the racket 3The Racket is dark, violent and an under-appreciated treat, with three film noir titans working together on screen. And who’d miss a chance to watch the Queen of Film Noir, Lizabeth Scott? Did I say watch her? Heck, just listening to that smoky voice of hers is enough of a treat.

Lobby CardsReviews were mixed and I have no idea if The Racket was a financial success. But I couldn’t care less if this one ranks high with the scholarly film studies crowd or not. For me, the films made in the few years right at the end of the 1940’s through the very early 1950’s best capture the iconic film noir look and feel, whether well-funded and with major stars, or made on shoestring budgets. The Racket is brimming with enormous, bulbous looking cars. The fellows all sport those tent-sized overcoats, voluminous suits, stubby ties and wide-brimmed fedoras. The women are at their most sultry, in long-but-snug skirts, chunky heels, seamed hose, and hats-hats-hats on everyone, men and women alike. To say nothing of one chain-smoked cigarette after another…did they even have to bother with fog machines back then?

Indulge me for including some foreign posters for “La Gang”, which I assume was The Racket in France. Sometimes those European theater posters just look better than the tamer Hollywood versions.

La Gang

I may have lost TCM, and especially Eddie Muller’s Noir Alley, but MOVIES!’ “Noir To Die For!” and “Sunday Night Noir” may just keep this particular noir junkie from getting the shakes or going into total withdrawal, all the more essential during our sheltering-in. A word or two about some other noirs both good and bad to be found on MOVIES! will follow in subsequent posts.

I Really Need TCM…Like Now.

Thursday Noir To Die ForIt’s no Turner Classic Movies. Not even Retroplex. And it’s certainly not Eddie Muller expertly hosting TCM’s Noir Alley (I’m kinda tearing up just thinking about that).

But when my cable provider rudely deleted TCM (and Retroplex and a lot of other channels) I had to learn to embrace MOVIES! for the occasional film noir, good old-fashioned B-movie crime melodramas and some random classics (along with a lot of other stuff I couldn’t care less about). Commercials? Yes, but not enough to drive me batty. And I wouldn’t complain if MOVIES! spent a few dollars to increase their “noir” library to more than the dozen or a dozen-and-a-half films they keep rotating…their tag is “Reel Variety”, after all. But “Noir To Die For!” on Thursday evenings and “Sunday Night Noir” (on…well, Sundays, obviously) is better than 24/7 syndicated reruns, bad 80’s action flicks and the wall-to-wall pandemic programming everywhere else.

Serves me right for being entranced with size and choosing the enormous TV instead of the Smart-TV. But it is a heck of a good picture…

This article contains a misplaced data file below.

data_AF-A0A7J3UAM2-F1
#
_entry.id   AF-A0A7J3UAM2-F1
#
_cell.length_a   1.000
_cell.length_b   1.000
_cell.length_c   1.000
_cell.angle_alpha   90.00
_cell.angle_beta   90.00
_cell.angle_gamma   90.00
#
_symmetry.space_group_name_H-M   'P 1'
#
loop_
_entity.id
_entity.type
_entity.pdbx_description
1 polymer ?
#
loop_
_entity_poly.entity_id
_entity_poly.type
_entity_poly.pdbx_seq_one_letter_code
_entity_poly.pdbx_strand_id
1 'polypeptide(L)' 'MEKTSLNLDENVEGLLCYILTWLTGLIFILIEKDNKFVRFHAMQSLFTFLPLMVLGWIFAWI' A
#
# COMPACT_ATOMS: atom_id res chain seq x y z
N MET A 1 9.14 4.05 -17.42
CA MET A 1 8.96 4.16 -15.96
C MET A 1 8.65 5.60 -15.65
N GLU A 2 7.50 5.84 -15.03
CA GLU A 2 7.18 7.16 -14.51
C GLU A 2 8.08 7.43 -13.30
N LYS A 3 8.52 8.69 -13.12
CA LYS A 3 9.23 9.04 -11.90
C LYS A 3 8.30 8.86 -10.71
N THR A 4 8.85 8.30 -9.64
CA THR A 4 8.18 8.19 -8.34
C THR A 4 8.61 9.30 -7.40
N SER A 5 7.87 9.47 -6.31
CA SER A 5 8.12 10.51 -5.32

Sunday Night Noir

Guilty Pleasures, And Not A Noir: Love With The Proper Stranger (1963)

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No, not a film noir or even a crime melodrama, Love With The Proper Stranger is one of my guilty pleasure movies. I suppose we’d call it a romance, and though there are multiple scenes that are — if not downright comedic, then certainly played for laughs – it’s hard to think of it as a period rom-com. This is the story of young Angie Rossini, a Macy’s store clerk eager to spread her wings and escape the crowded family apartment shared with an overbearing mother and two vigilant older brothers, all of them anxious to lock her into marriage with a bumbling neighbor. But Angie’s recent one-night stand with roving jazz musician Rocky Papasano (Steve McQueen) leaves her pregnant, so she tracks him down for the name of a doctor and money for a backroom abortion. Doesn’t actually sound like the setup for a light-hearted romance, does it?

Directed by Robert Mulligan from an Arnold Schulman script, the film is unrelentingly gritty and claustrophobic, capturing mid-twentieth century big city life beautifully…beautifully grim, that is. Released on Christmas Day in 1963 (and often listed as a 1964 release), the film may not have been a huge financial success, but did snag five Oscar nominations, including one for Natalie Wood. Schulman penned a novelization of the film, which may have been an expanded version of the original treatment, including some scenes handled differently or not even in the movie, the story told more from Rocky Papasano’s POV.

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I’ve mentioned elsewhere on this site that a late 1950’s/early 1960’s Natalie Wood became the model for my imaginary ‘Stiletto Gumshoe’ character, and specifically, it’s her performance in Love With The Proper Stranger – her look, wardrobe, demeanor, and the neatly crafted juxtaposition of assertiveness and vulnerability.  Natalie Wood is stunning here in an incredibly real everyday person kind of role, one that countless young women surely could relate to back in 1963. If you get a chance to see this one, check it out.